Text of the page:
Mont-Saint-Michel, on the Normandy coast of France, is the sight of new conflict.  The most recent battle is not in a medieval setting, but a modern struggle against two good, but opposed environmental causes.  On one side are those who want to reduce carbon emissions by installing windmills.  On the other side stand ecologists who suggest that windmills churning above the tidal flats of Mont-Saint-Michel would distract from the natural beauty of the medieval monument and potentially destroy the landscape in the future.

France is on an ambitious route to expand its use of windmills in renewable energy.  Currently there are 2500 windmills producing 4500 megawatts per year; the goal is to have 8500 windmills producing 25000 megawatts by 2020.  Windmills are becoming increasingly sought after by EU goals to limit greenhouse gases.  Last week, the EU recommended that it invest $ 70 million in clean energy over the coming decade, tripling windmill construction to produce 20 % of Europe’s electricity.

Those against the windmills near Mont-Saint-Michel have nothing against the quest for clean energy but rather argue that windmills above the ridgeline are not the way to achieve this goal.  Allies have formed across France, and an ambitious campaign to prove the windmills would desecrate the vista has begun.

The mayor of Mont-Saint-Michel, Eric Vannier, has stayed out of the debate for the most part, but 600 locals have pooled finances to hire lawyers to sue local government.  They expect a court ruling in Spring 2010.  If the group wins the lawsuit, “they’ll have to put everything back beyond 30 km (~18.5 miles),” said Corinne Gressier, who runs the group “Windmills: Turbulences.”  But she also realizes, “if we lose, it’s over.”

French law bans windmills closer than 1500 feet from historical monuments.  The current court case in will be on trial in Nantes.  It concerns plans to build 300 foot high windmills on farmland in Argouges, on a plateau a bit more than 10 miles southeast of Mont-Saint-Michel.  The monument attracts about 3 million visitors each year to admire the rock-top monastery.  Andre Antolini, president of renewable Energies Syndicate, told reporters last month that, “at the proposed distance, tourists to the monument would only see tiny blades peeking over the horizon.”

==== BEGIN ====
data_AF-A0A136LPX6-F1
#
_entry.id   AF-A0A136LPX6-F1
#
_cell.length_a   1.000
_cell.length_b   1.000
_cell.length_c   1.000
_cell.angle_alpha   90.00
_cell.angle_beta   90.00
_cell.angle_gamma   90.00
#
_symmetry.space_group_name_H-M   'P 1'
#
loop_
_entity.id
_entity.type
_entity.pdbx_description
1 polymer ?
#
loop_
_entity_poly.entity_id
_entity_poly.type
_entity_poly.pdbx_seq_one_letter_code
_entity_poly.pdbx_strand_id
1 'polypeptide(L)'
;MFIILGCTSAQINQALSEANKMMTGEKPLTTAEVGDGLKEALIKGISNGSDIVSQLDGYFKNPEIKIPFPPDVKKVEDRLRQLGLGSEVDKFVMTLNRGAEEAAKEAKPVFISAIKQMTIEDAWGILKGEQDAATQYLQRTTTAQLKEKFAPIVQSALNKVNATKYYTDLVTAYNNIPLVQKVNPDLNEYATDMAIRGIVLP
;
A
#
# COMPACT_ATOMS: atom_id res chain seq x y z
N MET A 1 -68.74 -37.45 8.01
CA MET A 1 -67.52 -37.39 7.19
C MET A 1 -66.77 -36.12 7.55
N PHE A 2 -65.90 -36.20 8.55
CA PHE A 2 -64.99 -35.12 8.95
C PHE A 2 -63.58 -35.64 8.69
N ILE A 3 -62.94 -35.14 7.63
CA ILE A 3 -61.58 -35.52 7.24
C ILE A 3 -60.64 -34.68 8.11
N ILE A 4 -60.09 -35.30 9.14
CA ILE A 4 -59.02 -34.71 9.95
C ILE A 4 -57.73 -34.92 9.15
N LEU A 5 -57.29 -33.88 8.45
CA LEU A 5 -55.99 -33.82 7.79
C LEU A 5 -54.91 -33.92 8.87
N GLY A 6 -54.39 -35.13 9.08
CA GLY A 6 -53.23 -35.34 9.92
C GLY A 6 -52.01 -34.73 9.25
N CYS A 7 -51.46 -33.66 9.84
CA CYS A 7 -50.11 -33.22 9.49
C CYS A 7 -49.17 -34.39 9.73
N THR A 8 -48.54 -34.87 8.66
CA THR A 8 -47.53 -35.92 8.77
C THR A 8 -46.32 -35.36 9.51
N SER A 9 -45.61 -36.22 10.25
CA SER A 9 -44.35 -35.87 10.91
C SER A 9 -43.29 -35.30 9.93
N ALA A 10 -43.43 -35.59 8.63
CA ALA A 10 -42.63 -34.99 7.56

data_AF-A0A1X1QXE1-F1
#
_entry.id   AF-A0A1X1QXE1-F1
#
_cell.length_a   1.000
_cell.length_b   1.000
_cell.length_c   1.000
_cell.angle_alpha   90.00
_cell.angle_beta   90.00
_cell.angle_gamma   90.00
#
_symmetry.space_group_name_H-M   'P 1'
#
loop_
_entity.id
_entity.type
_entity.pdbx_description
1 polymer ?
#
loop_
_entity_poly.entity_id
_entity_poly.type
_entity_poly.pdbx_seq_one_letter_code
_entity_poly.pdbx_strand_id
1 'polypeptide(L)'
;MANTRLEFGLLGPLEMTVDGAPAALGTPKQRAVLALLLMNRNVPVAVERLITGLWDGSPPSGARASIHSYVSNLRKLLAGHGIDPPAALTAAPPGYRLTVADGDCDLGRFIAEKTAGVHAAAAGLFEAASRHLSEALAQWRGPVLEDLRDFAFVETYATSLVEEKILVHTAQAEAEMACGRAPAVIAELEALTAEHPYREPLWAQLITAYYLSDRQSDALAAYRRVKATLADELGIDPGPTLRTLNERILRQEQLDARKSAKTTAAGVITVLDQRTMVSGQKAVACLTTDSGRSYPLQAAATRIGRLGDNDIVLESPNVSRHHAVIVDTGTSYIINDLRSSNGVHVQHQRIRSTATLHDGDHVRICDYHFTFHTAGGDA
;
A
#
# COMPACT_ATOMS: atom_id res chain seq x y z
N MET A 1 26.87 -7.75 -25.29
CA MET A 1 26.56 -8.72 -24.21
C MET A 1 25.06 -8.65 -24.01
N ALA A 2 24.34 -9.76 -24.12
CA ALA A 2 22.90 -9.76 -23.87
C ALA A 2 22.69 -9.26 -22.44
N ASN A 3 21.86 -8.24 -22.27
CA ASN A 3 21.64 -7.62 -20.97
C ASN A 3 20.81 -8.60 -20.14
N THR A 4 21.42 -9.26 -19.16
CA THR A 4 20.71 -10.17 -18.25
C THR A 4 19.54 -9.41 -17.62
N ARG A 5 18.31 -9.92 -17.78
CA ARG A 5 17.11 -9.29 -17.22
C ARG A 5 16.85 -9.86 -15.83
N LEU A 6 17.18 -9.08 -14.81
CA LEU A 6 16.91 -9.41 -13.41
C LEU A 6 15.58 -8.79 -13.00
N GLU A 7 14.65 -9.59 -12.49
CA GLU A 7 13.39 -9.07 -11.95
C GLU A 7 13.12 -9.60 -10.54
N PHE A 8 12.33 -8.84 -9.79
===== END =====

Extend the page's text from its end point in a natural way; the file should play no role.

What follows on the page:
But for protesters like Gressier and the national alliance of environmental groups, the three windmills at Argouges would just be the tip of the iceberg if building is permitted.  There are current plans for an additional 80 towers in farming communities across the entire ridgeline above Mont-Saint-Michel.

The complicating issue is that farmers and village counters tend to embrace proposals to install windmills in their fields because of the payments they receive.  They get stipends for use of the land and villages are provided tax revenue on income from electricity, which is sold to the national grid.  “It’s a flourishing business,” said Jean-Louis Butre, president of the Durable Environmental Federation, based in Paris.

At present France gets about 80 percent of its energy from nuclear reactors and an additional 12 percent from hydraulic generators.  That leaves a balance of 8 percent that must be filled by oil, coal, natural gas, solar, or wind.  Butre explains that if government decided to fill that gap with windmills, it would have so many that they would be part of the scenery in more than a third of the country.

In fact last year, Butre challenged president Sarkozy’s strong push for wind energy in the book “Fraud: why windmills are a danger for France.”  The former President Velery Giscard d’Estaing, a supporter for nuclear power, wrote the preface to the book.  He denounced windmills as an “unacceptable use of public funds, a deceptive public discourse, and often questionable business.”

Now the delegation from Argouges, with support from groups around France, waits to see if they will win the court battle and put atop to the windmill construction near Mont-Saint-Michel.  It remains to be seen how this part of Mont-Saint-Michel’s represents 13 centuries of history will play out.

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